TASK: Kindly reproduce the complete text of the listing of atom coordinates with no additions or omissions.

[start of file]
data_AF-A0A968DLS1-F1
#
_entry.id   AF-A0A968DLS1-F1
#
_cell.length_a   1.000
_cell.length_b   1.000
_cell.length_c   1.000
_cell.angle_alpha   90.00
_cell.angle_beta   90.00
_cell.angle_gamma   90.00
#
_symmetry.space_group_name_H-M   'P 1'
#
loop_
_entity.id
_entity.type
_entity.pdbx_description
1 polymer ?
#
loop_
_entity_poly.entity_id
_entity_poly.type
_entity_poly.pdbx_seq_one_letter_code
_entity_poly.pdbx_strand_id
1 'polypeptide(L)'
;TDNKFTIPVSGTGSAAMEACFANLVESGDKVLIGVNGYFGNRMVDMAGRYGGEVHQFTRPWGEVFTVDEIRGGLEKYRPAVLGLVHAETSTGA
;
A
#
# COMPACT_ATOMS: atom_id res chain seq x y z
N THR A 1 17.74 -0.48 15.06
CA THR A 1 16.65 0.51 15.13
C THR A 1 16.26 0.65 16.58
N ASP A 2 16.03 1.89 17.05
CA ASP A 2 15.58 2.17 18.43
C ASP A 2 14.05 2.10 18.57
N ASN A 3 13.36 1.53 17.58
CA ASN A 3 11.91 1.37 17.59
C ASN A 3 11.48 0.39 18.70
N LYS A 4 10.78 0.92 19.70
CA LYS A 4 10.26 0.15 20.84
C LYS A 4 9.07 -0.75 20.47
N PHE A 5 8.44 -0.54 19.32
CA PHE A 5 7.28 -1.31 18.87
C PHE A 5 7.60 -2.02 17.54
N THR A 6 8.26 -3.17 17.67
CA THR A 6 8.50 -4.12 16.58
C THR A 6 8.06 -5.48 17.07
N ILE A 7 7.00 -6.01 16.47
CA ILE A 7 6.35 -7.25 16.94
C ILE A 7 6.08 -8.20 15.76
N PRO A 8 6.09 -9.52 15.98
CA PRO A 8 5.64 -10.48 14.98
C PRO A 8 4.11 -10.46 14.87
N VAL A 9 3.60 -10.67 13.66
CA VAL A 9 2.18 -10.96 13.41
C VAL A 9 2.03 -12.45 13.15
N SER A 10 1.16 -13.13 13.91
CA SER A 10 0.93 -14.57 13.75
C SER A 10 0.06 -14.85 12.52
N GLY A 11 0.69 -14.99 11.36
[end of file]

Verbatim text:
data_AF-A0A968DLS1-F1
#
_entry.id   AF-A0A968DLS1-F1
#
_cell.length_a   1.000
_cell.length_b   1.000
_cell.length_c   1.000
_cell.angle_alpha   90.00
_cell.angle_beta   90.00
_cell.angle_gamma   90.00
#
_symmetry.space_group_name_H-M   'P 1'
#
loop_
_entity.id
_entity.type
_entity.pdbx_description
1 polymer ?
#
loop_
_entity_poly.entity_id
_entity_poly.type
_entity_poly.pdbx_seq_one_letter_code
_entity_poly.pdbx_strand_id
1 'polypeptide(L)'
;TDNKFTIPVSGTGSAAMEACFANLVESGDKVLIGVNGYFGNRMVDMAGRYGGEVHQFTRPWGEVFTVDEIRGGLEKYRPAVLGLVHAETSTGA
;
A
#
# COMPACT_ATOMS: atom_id res chain seq x y z
N THR A 1 17.74 -0.48 15.06
CA THR A 1 16.65 0.51 15.13
C THR A 1 16.26 0.65 16.58
N ASP A 2 16.03 1.89 17.05
CA ASP A 2 15.58 2.17 18.43
C ASP A 2 14.05 2.10 18.57
N ASN A 3 13.36 1.53 17.58
CA ASN A 3 11.91 1.37 17.59
C ASN A 3 11.48 0.39 18.70
N LYS A 4 10.78 0.92 19.70
CA LYS A 4 10.26 0.15 20.84
C LYS A 4 9.07 -0.75 20.47
N PHE A 5 8.44 -0.54 19.32
CA PHE A 5 7.28 -1.31 18.87
C PHE A 5 7.60 -2.02 17.54
N THR A 6 8.26 -3.17 17.67
CA THR A 6 8.50 -4.12 16.58
C THR A 6 8.06 -5.48 17.07
N ILE A 7 7.00 -6.01 16.47
CA ILE A 7 6.35 -7.25 16.94
C ILE A 7 6.08 -8.20 15.76
N PRO A 8 6.09 -9.52 15.98
CA PRO A 8 5.64 -10.48 14.98
C PRO A 8 4.11 -10.46 14.87
N VAL A 9 3.60 -10.67 13.66
CA VAL A 9 2.18 -10.96 13.41
C VAL A 9 2.03 -12.45 13.15
N SER A 10 1.16 -13.13 13.91
CA SER A 10 0.93 -14.57 13.75
C SER A 10 0.06 -14.85 12.52
N GLY A 11 0.69 -14.99 11.36